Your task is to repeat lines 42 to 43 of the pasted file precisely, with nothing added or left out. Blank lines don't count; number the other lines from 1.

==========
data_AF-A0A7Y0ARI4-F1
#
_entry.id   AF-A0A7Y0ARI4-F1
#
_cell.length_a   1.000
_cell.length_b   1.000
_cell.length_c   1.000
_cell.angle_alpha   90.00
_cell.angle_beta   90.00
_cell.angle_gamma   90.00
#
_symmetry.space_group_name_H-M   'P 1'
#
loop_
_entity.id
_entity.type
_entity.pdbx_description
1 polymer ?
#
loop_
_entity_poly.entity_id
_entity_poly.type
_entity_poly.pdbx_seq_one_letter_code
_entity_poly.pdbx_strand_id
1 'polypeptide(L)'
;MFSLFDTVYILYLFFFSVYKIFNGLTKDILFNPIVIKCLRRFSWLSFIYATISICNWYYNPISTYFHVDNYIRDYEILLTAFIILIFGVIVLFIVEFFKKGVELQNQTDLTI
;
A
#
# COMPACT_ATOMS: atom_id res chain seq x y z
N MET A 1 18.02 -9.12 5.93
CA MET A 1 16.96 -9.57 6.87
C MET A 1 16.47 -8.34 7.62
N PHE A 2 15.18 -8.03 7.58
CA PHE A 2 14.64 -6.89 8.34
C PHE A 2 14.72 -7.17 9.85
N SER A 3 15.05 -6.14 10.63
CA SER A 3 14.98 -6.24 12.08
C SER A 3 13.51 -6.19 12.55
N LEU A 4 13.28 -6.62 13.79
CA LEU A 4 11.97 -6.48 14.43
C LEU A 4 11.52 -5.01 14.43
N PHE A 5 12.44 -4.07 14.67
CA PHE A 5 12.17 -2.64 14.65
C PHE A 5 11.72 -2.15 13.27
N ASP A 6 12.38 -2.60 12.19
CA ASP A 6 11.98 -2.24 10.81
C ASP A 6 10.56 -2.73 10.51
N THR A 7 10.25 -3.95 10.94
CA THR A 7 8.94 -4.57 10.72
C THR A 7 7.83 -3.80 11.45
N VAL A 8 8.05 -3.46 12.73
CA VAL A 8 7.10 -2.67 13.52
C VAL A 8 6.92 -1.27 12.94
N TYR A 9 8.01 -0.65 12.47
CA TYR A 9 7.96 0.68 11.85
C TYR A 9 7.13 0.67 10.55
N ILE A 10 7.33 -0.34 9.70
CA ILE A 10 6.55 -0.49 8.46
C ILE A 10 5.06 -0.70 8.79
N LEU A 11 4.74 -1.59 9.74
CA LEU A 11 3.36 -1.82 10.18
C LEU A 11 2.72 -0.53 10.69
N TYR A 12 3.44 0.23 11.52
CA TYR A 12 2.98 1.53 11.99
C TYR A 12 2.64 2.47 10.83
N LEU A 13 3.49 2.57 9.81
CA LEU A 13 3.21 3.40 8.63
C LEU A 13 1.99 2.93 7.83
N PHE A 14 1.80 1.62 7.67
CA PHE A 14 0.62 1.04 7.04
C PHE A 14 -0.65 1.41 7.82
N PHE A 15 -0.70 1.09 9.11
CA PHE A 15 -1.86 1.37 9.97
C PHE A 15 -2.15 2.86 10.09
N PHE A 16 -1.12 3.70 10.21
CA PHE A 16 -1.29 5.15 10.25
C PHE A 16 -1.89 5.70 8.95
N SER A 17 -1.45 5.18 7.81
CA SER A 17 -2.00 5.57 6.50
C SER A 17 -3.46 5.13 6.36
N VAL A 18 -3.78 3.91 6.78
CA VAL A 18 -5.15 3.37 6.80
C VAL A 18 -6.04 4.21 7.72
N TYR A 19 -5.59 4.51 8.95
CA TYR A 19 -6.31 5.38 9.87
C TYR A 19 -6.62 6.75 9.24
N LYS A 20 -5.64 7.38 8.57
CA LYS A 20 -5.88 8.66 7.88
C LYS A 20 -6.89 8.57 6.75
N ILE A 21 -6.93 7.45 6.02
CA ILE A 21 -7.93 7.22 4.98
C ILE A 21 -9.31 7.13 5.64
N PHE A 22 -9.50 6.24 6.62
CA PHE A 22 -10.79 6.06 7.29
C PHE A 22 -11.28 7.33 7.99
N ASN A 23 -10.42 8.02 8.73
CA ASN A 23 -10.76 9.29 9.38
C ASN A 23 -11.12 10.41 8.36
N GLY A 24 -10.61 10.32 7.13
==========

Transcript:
C LEU A 4 11.52 -5.01 14.43
N PHE A 5 12.44 -4.07 14.67